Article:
February 12, 2008

The Fear and Loathing of Barack Obama

Sam Smith, editor and publisher of the Progressive Review, has always been very perceptive about the realities of politics in the U.S. His "Undernews" blog has been an essential source for important stories that are not prominent in the mainstream media.

In 2004, he observed that Howard Dean's "electability" problem was that he had not sought the approval of the party establishment for his Presidency bid. When Dean turned out to be an actual contender, the establishment therefore worked (successfully) to bring him down and to put the clueless John Kerry in his place.

Now in 2008, Howard Dean is chairman of the Democratic Party and Barack Obama has risen to challenge the establishment candidate, Hillary Clinton. And Obama is succeeding.

But Sam Smith, who has spent the last 15 years exposing the crimes of the Clintons, has now devoted his blog to excoriating Barack Obama. That is a worthwhile service, as we should all make our choices with eyes wide open, but he has also expressed his fear of Obama and the "cult" that supports him. He has likened Obama's appearances to Nazi rallies and popular videos to the propaganda work of Joseph Goebbels and Leni Riefenstahl. He has published amateur psychoanalysis questioning Obama's mental balance because he is able to keep his cool through the whole circus of the campaign.

What's going on there?

Ralph Nader, another legendary fighter for justice against the corporatist establishment, has also been attacking Obama -- not raising legitimate policy issues but instead mocking his style and popularity.

Paul Krugman -- who has written about the economic good sense of socialized health care (e.g., Medicare and the VA system) and the fallacy that there is a looming social security crisis -- now writes how disgusted he is by Obama's supporters. Again, Krugman has important criticisms of Obama's policies, even as he praises Clinton's health insurance plan for forcing people to buy into it. (Dear Mr. Krugman, universal health care means mandating the government to provide it, not mandating citizens to pay for an inadequate high-deductible plan from a private insurer whose purpose is to deny rather than provide as much care as possible.)

There's something else that unites these thoughtful men: They were all enthusiastic about John Edwards, the born-again populist.

But Edwards didn't catch on with the general public (who besides being oblivious to his "2 Americas" theme might also have been a little skeptical about this very rich man come lately to progressive talk), despite having gained the approval of the progressive establishment.

Obama is not pandering to these men as Edwards did. So, as Dean was stopped by the party establishment and obliging media, the anti-establishment establishment is trying to stop Obama.

What they hope for is a complete mystery. Edwards (a possible phony) is out of the race, and Clinton is their worst corporatist nightmare (who would have a good chance of losing against John McCain). Does Nader want Clinton to be the candidate so that he or Cynthia McKinney have a more respectable reason for running themselves? Is Sam Smith in fact scared of an independent half-African man in power? Is Krugman simply angry that Obama argued his differences with him rather than genuflect to Krugman's analysis? Will we next be hearing these progressives describing Obama as "mulatto" and calling attention to his failure once to clamp his hand over his heart while the national anthem played (on and on), his middle name being Hussein (omigod!), one of his campaign workers hanging a Che Guevara flag over his desk, and that he was brainwashed by islamofascist terrorists as a toddler in Indonesia?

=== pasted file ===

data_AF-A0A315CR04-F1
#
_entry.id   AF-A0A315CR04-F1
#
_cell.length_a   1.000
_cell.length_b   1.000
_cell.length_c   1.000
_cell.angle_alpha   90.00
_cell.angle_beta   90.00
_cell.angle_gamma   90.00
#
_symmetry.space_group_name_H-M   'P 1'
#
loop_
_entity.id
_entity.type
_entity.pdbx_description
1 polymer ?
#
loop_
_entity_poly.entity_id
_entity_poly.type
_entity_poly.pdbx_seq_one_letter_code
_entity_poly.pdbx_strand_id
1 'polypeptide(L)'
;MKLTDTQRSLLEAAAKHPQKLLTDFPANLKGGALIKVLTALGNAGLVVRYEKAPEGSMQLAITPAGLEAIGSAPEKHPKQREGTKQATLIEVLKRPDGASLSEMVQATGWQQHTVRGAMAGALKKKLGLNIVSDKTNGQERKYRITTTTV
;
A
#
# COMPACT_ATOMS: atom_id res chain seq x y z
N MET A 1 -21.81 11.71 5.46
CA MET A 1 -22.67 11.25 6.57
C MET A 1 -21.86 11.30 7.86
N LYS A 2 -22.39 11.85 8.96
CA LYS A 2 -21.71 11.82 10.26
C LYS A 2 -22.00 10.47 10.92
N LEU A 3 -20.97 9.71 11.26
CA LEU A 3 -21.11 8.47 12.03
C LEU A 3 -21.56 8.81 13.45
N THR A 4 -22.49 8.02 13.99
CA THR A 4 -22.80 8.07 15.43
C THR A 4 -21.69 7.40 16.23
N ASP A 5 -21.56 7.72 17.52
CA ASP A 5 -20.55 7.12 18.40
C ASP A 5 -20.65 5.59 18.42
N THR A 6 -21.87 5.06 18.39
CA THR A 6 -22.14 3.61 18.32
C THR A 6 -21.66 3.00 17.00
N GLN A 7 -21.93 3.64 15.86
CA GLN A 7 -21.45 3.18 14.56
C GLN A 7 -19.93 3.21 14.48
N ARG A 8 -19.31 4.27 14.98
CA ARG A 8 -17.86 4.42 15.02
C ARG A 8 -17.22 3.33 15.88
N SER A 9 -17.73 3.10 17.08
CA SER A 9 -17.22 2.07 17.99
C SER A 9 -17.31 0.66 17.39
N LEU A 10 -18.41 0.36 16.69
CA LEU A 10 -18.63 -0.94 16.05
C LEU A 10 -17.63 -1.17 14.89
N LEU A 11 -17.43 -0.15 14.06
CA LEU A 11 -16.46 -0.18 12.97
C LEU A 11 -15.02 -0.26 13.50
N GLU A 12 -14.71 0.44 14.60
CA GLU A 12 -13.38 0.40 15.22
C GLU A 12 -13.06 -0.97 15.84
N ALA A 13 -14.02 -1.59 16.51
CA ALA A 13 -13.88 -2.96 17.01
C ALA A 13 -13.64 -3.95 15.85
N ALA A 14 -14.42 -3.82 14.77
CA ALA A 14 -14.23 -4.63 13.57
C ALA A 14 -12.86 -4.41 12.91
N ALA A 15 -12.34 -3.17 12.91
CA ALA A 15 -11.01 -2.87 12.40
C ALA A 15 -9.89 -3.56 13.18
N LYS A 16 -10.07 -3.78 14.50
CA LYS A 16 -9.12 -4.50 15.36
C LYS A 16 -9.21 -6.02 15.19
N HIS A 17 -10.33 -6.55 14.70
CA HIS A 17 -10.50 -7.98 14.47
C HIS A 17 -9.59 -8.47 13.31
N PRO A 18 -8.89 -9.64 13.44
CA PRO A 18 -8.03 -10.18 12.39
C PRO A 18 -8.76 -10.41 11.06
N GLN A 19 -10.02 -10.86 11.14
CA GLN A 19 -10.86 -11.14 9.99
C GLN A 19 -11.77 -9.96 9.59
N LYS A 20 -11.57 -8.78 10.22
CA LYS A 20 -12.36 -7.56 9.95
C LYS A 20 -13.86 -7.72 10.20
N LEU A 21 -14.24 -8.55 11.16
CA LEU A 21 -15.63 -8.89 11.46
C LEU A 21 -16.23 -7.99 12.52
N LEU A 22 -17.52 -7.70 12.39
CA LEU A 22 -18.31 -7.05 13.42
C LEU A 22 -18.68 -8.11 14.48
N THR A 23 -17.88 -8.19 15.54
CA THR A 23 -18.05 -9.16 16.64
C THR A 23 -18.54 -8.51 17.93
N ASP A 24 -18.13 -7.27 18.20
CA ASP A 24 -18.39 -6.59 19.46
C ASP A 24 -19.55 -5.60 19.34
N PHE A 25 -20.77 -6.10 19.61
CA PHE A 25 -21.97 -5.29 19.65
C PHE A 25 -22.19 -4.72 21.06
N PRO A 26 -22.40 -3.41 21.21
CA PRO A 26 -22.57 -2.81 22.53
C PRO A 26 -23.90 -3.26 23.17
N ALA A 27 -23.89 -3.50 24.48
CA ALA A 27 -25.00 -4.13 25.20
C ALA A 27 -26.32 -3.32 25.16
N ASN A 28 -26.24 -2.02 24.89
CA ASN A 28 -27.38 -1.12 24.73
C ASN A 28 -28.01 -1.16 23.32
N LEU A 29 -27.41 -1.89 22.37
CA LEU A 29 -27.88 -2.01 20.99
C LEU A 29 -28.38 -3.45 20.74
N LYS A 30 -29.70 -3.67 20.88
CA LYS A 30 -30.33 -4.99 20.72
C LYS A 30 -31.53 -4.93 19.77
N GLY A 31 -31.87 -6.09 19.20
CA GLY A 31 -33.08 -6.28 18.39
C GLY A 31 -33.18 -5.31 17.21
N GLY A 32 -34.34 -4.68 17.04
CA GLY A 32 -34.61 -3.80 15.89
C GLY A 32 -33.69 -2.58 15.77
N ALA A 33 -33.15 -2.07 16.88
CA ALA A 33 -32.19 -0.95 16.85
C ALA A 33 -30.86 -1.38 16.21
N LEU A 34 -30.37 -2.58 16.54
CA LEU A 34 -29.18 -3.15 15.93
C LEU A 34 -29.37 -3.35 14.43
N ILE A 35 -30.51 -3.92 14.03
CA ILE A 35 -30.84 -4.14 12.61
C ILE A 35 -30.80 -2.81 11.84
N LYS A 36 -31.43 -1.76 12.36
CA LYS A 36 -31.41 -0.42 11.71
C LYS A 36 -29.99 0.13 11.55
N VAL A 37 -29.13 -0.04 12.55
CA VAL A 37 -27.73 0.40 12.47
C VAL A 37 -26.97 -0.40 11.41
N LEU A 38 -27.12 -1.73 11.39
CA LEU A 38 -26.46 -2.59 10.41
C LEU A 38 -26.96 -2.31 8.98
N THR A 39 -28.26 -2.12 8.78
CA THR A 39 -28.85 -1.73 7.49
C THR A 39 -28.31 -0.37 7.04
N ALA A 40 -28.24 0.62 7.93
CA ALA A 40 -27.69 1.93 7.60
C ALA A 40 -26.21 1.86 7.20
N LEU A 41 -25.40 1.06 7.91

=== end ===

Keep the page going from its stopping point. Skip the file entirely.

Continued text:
Yes, people's enthusiasm for Obama is emotional. But it is not shallow or mob driven (or at least no more than for any other successful campaign). The excitement is a lot more rational than the backlash against it. It's a lot more rational and independent-minded than the enthusiasm for Hillary Clinton (or even John Edwards). Yes, people are projecting their own desperate hopes on him, but he makes it feasible -- people get a sense of possibility from Obama that they don't get from other candidates. There has never been a national candidate like him. I see him more like Lincoln than Kennedy.

As someone who supported Ralph Nader's three runs for the Presidency, I can say I support Barack Obama with my eyes open and my mind clear. The Presidency is a symbol of the country. Ours is a media-driven substance-free undemocratic government. But Obama's Presidency would be one that we -- and the world -- might respect. He is not afraid of other Americans. He is not afraid of the rest of the world. He does not run away from reality. We don't expect radical change, and we expect disappointment, but we do see a vision that could help us point the country in a better direction. It is a small hope, yet it is everything. Keep hope alive!

Click here for Obama's speech at the Jefferson-Jackson dinner in Richmond, Va., Feb. 9.

Click here for a reasoned view of Obama's campaign, including a reply to some of the readers' comments, from Dave Lindorff

Welcome to the politics of joy and justice! --Ralph Nader